20 [Month5], [Mrs A’s] Progress Notes include that she has been sick, lethargic and experienced tightness of her chest. She was administered morphine with minimal effect. The notes include that her mattress was changed to an air mattress as requested — I did not find in the documentation who requested this and for what purpose. I did not find a pressure injury prevention plan, she previously had been assessed as being at high risk. The instructions on the Current Care Instructions Sheet are silent on pressure injury prevention and the use of an air mattress.
23 [Month5], the nursing notes include that [Mrs A] had not eaten, had vomited and was feeling very lethargic and short of breath. Morphine and anti-emetics were given with good effect, observations were taken which were all within normal range. Later that afternoon when the family visited she was feeling unwell again and [Mrs A] asked for something stronger “to make herself more comfortable”.
The medical notes include notes from the Nurse Practitioner who was requested to review the medication. The instructions include to continue as needed, suggested 5mg Morphine and review again in 24 hrs, and monitor bowels. The progress notes include that a sub-cut line was inserted to administer the increased dosage of Morphine to good effect relieving symptoms.
Meanwhile and due to [COVID-19 restrictions], family visits were stopped with exception for families with residents receiving end of life care. The progress notes include that there had been an altercation between [Mrs A’s] family members wanting to visit that evening and a registered nurse who communicated that visiting is “only allowed for actively dying or palliative care residents” and that [Mrs A] at this stage was “not actively dying”. The Village Manager was involved and agreed that [Mrs A] met the criteria for visitation and clearance was provided to visit. I note that this happened [during COVID-19 restrictions] and it needs to be recognised that this was an unprecedented and stressful time for providers who were navigating their way through the [situation] and implementing measures to keep all safe. The provider extended an apology to the family.
24 [Month5] the notes include that a text message was sent to the family to inform that [Mrs A] was seen (again) by the Nurse Practitioner who prescribed Haloperidol for nausea, vomiting and delirium. The medication administration sheet does not show this was administered until 29 [Month5] and appears to be part of anticipatory prescribing.
25 [Month5], the notes include that a Pressure Risk Assessment, Nutritional Assessment and Pain Assessment were due including a review of the skin section of the current care status. I did not find in the provided clinical documentation an updated care plan or current care status.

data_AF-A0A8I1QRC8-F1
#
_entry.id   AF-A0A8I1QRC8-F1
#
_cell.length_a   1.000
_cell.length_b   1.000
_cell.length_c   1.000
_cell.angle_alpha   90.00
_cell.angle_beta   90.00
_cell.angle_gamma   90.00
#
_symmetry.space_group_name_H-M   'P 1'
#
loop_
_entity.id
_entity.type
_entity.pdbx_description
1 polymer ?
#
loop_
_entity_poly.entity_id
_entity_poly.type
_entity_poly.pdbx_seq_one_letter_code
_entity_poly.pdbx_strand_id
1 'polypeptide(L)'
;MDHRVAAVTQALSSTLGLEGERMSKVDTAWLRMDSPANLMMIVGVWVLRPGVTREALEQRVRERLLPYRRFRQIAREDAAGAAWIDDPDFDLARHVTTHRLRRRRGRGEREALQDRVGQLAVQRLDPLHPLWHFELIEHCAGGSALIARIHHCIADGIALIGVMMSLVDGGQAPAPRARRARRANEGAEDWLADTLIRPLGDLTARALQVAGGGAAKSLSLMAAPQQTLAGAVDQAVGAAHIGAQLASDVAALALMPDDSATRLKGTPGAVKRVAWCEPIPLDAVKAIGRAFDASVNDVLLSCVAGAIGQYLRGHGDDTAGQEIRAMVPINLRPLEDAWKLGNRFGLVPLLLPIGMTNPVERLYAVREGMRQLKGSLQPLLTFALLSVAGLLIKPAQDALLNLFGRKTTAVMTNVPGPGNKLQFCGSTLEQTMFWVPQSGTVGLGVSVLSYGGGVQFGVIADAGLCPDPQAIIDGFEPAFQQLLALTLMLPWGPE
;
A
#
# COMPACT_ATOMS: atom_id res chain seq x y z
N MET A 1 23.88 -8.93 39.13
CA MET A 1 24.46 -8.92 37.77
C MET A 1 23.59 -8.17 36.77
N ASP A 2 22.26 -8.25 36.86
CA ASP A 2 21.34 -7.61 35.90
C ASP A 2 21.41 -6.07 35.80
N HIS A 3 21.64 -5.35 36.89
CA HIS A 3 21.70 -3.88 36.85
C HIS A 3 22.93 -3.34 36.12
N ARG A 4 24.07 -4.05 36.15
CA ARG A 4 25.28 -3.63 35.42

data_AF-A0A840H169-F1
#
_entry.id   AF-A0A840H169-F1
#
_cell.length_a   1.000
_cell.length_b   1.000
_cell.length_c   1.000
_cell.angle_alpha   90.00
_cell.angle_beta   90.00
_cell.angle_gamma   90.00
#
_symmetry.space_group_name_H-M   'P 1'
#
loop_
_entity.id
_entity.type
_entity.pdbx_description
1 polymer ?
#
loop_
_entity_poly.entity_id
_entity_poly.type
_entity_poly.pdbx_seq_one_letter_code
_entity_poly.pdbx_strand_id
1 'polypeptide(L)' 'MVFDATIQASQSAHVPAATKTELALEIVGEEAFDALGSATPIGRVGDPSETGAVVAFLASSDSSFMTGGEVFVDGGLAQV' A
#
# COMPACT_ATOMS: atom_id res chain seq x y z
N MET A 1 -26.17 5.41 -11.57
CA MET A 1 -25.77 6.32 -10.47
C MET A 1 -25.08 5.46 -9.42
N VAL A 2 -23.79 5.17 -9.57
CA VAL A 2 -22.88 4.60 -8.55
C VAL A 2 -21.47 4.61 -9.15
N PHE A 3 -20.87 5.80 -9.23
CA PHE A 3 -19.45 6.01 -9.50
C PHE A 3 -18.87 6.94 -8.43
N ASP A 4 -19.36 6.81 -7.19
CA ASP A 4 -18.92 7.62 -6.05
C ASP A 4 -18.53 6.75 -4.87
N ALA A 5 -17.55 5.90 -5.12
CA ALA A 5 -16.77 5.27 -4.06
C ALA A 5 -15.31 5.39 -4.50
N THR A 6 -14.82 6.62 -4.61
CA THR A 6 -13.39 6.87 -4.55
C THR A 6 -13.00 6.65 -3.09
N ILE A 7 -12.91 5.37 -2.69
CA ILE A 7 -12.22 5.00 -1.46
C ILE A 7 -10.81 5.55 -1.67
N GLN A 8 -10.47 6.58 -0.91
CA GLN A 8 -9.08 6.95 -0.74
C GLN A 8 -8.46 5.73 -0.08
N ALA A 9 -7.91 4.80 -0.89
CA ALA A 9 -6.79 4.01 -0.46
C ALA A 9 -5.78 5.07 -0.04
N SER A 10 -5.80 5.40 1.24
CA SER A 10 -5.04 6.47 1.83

In the days following and according to the clinical notes [Mrs A] experienced a more settled time however continued to have a very poor appetite and fluid intake.
28 [Month5], [Mrs A] was reported to be very lethargic, refused meals and cares saying she was too tired. It was noted that the tips of her fingers were blue, this is an indication that the dying process has started. The nurse spoke with the next of kin giving an update on the situation. Oxygen therapy was given with good effect. [Mrs A] was reported to be comfortable however said she was too tired to speak. Arrangements were made for the family to visit the next day.
29 [Month5], [Mrs A] continued to be very weak and showing indications of dying. The nurses provided comfort cares, withheld meals because she was too weak. Her daughter visited, medication was given via the subcutaneous line to keep her comfortable including Haloperidol.
In the afternoon [Mrs A] was found sitting on the floor next to her bed and about 20 minutes after she last had received care. Earlier she was lying with one leg off the bed which seemed to provide her comfort. No falls prevention measures were implemented preventing her from falling out of bed. The nurse assessed for injury, none were found. The next of kin who was not there at the time was notified via the phone. [At approximately 3.16pm] nurses found [Mrs A] had passed away. Family was contacted.
- Clinical advice
Whether the decision not to escalate [Mrs A’s] care for further GP/NP review on 24 [Month5] was reasonable in the circumstances.